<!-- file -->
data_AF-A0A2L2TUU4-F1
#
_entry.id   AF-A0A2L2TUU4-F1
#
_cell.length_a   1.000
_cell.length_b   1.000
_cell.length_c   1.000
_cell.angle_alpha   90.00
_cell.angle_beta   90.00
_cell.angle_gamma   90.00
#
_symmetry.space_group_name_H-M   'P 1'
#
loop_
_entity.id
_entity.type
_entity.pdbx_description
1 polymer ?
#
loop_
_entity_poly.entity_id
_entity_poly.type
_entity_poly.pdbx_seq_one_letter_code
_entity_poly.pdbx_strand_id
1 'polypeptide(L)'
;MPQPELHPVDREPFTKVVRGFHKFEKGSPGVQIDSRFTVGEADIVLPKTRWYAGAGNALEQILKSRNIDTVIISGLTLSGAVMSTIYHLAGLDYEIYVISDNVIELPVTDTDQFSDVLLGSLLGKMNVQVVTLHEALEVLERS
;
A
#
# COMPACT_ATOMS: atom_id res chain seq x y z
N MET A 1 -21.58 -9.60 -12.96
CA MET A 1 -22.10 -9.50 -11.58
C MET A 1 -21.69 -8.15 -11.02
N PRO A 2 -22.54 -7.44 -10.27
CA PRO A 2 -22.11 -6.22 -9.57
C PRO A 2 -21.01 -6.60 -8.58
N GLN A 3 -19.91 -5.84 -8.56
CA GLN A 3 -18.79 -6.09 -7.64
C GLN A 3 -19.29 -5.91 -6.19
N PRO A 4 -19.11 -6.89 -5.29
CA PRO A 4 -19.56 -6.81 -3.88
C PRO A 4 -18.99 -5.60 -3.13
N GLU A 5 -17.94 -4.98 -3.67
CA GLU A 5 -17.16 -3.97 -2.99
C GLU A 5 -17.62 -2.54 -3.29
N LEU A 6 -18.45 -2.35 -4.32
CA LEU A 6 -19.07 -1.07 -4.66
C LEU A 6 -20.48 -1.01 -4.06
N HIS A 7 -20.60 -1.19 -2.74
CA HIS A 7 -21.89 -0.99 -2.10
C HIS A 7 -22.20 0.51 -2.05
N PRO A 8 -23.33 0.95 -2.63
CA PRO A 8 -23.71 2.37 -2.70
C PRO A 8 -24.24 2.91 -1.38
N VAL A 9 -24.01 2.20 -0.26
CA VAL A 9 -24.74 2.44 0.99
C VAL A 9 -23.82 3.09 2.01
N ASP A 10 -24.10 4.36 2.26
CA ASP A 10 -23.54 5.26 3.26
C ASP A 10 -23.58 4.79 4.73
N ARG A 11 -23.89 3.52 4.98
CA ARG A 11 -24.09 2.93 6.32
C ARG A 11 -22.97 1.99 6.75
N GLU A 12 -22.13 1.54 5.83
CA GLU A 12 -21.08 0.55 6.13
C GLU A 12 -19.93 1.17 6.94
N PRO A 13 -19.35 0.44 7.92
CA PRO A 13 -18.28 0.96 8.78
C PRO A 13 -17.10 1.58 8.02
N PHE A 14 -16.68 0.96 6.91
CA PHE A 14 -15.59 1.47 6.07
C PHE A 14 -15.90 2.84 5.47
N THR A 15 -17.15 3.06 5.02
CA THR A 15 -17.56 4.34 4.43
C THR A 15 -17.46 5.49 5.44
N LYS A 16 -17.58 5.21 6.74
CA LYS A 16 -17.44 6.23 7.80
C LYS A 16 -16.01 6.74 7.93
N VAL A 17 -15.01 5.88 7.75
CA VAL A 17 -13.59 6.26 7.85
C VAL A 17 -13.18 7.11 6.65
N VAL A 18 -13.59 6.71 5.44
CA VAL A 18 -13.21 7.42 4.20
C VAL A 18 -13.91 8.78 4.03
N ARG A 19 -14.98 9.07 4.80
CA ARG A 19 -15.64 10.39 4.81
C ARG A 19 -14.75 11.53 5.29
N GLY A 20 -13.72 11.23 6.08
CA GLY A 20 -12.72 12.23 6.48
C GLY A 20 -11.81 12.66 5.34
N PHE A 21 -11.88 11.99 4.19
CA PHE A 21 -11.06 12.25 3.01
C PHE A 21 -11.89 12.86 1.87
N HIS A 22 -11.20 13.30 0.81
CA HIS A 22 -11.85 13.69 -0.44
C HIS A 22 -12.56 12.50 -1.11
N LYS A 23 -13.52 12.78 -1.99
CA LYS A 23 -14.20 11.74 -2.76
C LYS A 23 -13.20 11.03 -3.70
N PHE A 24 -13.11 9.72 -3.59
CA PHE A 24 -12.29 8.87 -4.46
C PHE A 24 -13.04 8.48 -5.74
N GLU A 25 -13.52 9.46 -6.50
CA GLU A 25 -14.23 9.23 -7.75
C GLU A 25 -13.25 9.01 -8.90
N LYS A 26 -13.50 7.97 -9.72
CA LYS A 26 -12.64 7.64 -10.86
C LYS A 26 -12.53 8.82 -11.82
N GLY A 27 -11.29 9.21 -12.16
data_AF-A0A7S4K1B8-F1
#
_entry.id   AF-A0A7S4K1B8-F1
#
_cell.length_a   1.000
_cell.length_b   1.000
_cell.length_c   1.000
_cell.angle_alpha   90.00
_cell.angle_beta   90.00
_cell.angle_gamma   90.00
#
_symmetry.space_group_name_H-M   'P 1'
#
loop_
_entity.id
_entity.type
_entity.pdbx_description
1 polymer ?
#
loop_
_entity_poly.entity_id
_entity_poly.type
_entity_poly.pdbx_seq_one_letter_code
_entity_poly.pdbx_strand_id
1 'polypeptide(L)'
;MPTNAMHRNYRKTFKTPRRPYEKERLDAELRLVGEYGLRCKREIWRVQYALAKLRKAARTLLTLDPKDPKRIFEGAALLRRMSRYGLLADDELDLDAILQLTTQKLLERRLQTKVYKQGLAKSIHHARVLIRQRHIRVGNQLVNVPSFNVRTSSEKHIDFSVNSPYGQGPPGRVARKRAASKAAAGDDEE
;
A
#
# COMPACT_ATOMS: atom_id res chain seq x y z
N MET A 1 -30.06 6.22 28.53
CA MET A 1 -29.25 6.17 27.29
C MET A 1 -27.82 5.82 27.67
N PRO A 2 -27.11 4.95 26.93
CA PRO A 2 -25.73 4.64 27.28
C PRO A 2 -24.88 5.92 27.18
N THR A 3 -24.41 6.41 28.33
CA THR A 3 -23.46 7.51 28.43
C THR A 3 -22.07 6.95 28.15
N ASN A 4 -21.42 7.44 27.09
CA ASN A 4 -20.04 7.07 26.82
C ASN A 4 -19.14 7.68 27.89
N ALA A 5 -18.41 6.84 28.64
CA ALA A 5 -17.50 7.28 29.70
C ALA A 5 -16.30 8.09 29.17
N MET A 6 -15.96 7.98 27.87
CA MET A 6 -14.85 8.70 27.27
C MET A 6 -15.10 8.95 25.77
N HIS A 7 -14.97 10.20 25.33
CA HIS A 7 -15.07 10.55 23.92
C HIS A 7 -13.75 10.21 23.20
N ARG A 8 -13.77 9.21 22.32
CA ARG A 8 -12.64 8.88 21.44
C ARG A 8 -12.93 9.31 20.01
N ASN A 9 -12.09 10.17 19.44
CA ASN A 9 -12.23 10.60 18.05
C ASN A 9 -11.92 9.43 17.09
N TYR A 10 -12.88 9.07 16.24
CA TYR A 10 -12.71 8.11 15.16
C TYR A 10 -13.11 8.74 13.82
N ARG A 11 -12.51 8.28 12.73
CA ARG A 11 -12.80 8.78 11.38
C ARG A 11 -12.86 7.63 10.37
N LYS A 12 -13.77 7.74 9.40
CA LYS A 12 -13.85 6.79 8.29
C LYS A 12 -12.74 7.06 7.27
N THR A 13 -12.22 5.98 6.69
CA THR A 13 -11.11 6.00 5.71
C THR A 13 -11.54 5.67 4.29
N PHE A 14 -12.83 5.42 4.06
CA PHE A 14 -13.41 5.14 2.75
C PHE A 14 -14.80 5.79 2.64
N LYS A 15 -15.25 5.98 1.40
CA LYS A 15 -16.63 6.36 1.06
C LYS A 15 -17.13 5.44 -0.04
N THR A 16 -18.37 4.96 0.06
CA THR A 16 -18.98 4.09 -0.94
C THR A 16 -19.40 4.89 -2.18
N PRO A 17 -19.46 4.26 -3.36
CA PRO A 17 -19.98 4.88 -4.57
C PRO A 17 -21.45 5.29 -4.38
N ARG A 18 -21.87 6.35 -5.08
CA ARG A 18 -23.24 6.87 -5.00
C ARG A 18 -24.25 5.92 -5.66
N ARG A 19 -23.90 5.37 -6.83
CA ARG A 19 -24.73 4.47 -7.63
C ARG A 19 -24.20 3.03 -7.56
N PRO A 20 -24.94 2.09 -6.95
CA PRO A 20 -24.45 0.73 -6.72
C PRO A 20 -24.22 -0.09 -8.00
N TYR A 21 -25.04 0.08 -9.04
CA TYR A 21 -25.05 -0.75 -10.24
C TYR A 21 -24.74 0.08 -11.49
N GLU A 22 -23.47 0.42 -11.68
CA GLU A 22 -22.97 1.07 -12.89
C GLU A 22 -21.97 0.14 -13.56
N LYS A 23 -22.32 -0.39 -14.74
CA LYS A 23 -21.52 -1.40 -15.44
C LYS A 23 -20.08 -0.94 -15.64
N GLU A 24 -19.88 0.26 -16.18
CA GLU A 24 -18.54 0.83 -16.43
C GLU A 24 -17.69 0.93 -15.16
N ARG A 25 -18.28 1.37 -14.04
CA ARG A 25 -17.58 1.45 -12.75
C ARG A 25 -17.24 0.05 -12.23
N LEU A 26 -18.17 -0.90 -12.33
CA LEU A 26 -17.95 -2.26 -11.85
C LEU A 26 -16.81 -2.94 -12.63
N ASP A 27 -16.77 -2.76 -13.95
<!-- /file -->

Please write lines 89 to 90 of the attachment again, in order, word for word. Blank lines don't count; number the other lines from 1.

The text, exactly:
CA GLY A 20 -12.72 12.23 6.48
C GLY A 20 -11.81 12.66 5.34